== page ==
More About Victoza Side Effects and Interactions

Victoza belongs to the type of drugs that are used for blood sugar level control in people with type 2 diabetes. Victoza generic name is liraglutide, which is the main ingredient of this medication. With the help of liraglutide the body is able to produce more insulin that is necessary in order to keep blood sugar levels under control. In addition to controlling blood glucose level, Victoza diabetes medication brings another benefit to those who suffer from type 2 diabetes – it helps people lose weight.

Victoza is a prescription medicine, so you should not give or recommend it to other people, even supposing they have symptoms similar to yours. liraglutide (Victoza) should only be taken after consulting a qualified specialist.
If you were prescribed this medicine, you should familiarize yourself with important safety information related to the treatment process and the effect Victoza has on the body. This can help you minimize the risk of having severe Victoza side effects.
The medication comes in a prefilled pen, containing liraglutide solution. Before using Victoza pen, check that the solution is clear, not cloudy, hasn’t changed its color, and doesn’t have any solid particles in it. If you notice any of these deviations, do not use the medication and address your pharmacist for another Victoza pen.

The medication is taken once a day irrespective of meals. However, it is quite important to eat healthy while taking Victoza: diet and exercise are crucial components of the treatment process.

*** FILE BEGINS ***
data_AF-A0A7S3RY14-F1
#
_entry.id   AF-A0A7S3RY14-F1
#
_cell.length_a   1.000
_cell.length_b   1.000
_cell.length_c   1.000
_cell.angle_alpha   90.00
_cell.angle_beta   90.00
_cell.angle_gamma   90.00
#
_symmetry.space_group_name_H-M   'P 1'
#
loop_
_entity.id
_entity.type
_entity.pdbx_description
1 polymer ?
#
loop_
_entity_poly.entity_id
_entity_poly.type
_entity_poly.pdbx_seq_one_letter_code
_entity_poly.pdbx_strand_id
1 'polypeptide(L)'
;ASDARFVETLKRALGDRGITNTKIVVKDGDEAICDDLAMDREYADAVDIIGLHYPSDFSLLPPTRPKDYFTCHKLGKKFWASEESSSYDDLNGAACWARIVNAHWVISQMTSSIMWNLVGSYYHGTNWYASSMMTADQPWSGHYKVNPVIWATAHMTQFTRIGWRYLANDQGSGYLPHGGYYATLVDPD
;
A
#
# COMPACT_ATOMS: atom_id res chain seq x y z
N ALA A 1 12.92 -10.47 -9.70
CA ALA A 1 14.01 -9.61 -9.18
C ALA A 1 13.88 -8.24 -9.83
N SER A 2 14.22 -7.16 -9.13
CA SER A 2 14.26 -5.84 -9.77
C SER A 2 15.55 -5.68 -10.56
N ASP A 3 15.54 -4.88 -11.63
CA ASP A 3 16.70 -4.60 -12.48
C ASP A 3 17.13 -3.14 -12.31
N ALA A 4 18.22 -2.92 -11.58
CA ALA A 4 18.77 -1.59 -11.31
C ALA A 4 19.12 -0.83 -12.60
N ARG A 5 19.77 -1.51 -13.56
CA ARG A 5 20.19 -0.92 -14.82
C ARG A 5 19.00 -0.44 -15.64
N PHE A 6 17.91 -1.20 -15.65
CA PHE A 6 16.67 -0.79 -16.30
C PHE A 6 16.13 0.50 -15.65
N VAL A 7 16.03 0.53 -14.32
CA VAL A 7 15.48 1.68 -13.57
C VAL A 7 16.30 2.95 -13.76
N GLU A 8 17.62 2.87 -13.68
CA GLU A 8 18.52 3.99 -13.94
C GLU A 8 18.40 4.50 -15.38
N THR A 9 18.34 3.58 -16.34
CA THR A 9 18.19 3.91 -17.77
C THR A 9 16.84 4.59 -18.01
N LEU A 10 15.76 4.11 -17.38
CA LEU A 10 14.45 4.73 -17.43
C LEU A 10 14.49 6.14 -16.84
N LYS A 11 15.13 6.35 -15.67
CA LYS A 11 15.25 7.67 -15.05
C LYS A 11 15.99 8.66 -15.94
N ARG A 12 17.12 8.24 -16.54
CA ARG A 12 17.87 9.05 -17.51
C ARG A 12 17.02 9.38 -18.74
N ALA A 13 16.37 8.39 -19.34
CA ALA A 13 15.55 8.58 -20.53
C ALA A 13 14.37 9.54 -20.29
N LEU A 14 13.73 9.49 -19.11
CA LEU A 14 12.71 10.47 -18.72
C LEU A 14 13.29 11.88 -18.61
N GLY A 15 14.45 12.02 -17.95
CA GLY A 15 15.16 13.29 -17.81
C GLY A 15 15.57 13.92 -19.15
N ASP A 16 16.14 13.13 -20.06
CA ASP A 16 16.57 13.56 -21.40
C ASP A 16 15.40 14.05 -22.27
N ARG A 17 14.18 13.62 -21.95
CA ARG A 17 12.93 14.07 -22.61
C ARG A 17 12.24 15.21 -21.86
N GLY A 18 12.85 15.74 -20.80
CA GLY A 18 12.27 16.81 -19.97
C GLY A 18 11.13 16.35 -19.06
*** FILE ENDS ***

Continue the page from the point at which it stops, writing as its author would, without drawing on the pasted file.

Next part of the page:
The usual Victoza dosing that is recommended for the start of the treatment is 0.6 mg a day. The injections are made under the skin in one of these areas: upper arm, upper thigh, or stomach. One week into the treatment, your doctor might recommend increasing the dose to 1.2 mg a day, and to 1.8 mg after one more week if necessary. You should not alter the dose if your doctor hasn’t advised you to do that. Your healthcare provider could recommend you a different Victoza dosage than described here. If that is the case, do not change the dose recommended by your doctor. Certain medications you might be currently taking, your body weight, or certain medical conditions you might have, may require a dose different from the usual one, so follow all the instructions your doctor gives you.

Victoza administration cannot replace your insulin injections if you need those as well. The two medications should be taken separately, using different parts of the body for each of them.
In case of a missed Victoza dose, do not double it the next time you take the medication, just inject your usual dose the following day.

Victoza is known to interact with some drugs and cause severe side effects, so certain categories of people are not eligible to take this medicine.
Whether you need to take Victoza for weight loss or for diabetes control, it can cause allergic reactions. Do not take the drug if you are allergic to the main ingredient (liraglutide) or any other ingredients of this medicine.